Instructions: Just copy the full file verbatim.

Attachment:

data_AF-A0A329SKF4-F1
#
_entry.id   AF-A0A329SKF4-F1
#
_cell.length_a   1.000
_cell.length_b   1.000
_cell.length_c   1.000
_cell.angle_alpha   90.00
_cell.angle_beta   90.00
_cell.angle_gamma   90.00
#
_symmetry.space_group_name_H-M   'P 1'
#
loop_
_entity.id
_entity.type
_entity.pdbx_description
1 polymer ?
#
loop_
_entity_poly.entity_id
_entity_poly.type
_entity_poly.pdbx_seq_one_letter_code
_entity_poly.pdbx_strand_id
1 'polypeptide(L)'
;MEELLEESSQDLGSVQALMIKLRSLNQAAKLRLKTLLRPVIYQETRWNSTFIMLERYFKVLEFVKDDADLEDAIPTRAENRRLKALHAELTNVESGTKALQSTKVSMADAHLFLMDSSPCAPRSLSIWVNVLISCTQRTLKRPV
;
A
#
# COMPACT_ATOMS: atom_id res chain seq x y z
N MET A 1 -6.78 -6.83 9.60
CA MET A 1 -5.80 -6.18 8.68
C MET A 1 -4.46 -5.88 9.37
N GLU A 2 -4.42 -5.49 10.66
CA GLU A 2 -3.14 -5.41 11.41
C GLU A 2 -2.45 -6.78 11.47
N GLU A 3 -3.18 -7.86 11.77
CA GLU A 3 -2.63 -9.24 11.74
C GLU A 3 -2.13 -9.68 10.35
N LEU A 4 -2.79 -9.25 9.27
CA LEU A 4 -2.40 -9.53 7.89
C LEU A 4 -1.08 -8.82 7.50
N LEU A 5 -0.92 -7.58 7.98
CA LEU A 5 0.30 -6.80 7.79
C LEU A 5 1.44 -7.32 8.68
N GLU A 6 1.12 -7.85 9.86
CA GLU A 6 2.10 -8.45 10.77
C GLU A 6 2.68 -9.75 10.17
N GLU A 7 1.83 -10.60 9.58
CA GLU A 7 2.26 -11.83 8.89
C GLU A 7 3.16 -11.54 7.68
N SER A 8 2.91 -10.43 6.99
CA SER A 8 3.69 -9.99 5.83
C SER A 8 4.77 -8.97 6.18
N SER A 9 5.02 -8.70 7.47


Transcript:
data_AF-A0A329SKF4-F1
#
_entry.id   AF-A0A329SKF4-F1
#
_cell.length_a   1.000
_cell.length_b   1.000
_cell.length_c   1.000
_cell.angle_alpha   90.00
_cell.angle_beta   90.00
_cell.angle_gamma   90.00
#
_symmetry.space_group_name_H-M   'P 1'
#
loop_
_entity.id
_entity.type
_entity.pdbx_description
1 polymer ?
#
loop_
_entity_poly.entity_id
_entity_poly.type
_entity_poly.pdbx_seq_one_letter_code
_entity_poly.pdbx_strand_id
1 'polypeptide(L)'
;MEELLEESSQDLGSVQALMIKLRSLNQAAKLRLKTLLRPVIYQETRWNSTFIMLERYFKVLEFVKDDADLEDAIPTRAENRRLKALHAELTNVESGTKALQSTKVSMADAHLFLMDSSPCAPRSLSIWVNVLISCTQRTLKRPV
;
A
#
# COMPACT_ATOMS: atom_id res chain seq x y z
N MET A 1 -6.78 -6.83 9.60
CA MET A 1 -5.80 -6.18 8.68
C MET A 1 -4.46 -5.88 9.37
N GLU A 2 -4.42 -5.49 10.66
CA GLU A 2 -3.14 -5.41 11.41
C GLU A 2 -2.45 -6.78 11.47
N GLU A 3 -3.18 -7.86 11.77
CA GLU A 3 -2.63 -9.24 11.74
C GLU A 3 -2.13 -9.68 10.35
N LEU A 4 -2.79 -9.25 9.27
CA LEU A 4 -2.40 -9.53 7.89
C LEU A 4 -1.08 -8.82 7.50
N LEU A 5 -0.92 -7.58 7.98
CA LEU A 5 0.30 -6.80 7.79
C LEU A 5 1.44 -7.32 8.68
N GLU A 6 1.12 -7.85 9.86
CA GLU A 6 2.10 -8.45 10.77
C GLU A 6 2.68 -9.75 10.17
N GLU A 7 1.83 -10.60 9.58
CA GLU A 7 2.26 -11.83 8.89
C GLU A 7 3.16 -11.54 7.68
N SER A 8 2.91 -10.43 6.99
CA SER A 8 3.69 -9.99 5.83
C SER A 8 4.77 -8.97 6.18
N SER A 9 5.02 -8.70 7.47